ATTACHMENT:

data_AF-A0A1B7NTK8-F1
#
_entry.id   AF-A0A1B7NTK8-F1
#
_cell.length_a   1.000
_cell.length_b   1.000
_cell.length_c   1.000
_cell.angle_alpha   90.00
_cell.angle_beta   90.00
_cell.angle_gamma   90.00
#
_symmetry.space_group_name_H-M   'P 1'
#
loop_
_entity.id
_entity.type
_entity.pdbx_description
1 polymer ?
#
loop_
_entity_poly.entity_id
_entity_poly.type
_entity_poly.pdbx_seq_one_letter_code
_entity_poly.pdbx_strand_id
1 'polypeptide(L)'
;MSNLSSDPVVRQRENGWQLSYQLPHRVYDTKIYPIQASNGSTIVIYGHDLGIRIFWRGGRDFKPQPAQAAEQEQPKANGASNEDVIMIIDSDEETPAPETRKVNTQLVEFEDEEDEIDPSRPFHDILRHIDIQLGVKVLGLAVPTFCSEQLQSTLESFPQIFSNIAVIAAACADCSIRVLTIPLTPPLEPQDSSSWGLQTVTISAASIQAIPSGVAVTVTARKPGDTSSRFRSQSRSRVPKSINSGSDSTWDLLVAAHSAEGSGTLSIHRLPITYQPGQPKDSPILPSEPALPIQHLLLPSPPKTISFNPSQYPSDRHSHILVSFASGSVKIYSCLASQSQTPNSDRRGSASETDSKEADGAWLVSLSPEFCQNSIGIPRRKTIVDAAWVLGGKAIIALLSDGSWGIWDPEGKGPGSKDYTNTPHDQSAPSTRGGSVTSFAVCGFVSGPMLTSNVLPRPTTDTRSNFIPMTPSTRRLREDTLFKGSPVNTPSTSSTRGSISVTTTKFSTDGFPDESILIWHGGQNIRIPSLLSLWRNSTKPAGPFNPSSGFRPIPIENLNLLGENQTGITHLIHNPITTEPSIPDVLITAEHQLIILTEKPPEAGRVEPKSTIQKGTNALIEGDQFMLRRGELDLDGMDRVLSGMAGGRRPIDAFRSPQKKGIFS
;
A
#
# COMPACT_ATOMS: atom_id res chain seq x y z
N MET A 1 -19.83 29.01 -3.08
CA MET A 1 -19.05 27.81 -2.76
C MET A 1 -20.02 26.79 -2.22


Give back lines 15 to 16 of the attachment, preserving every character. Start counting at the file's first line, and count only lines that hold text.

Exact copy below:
_entity.id
_entity.type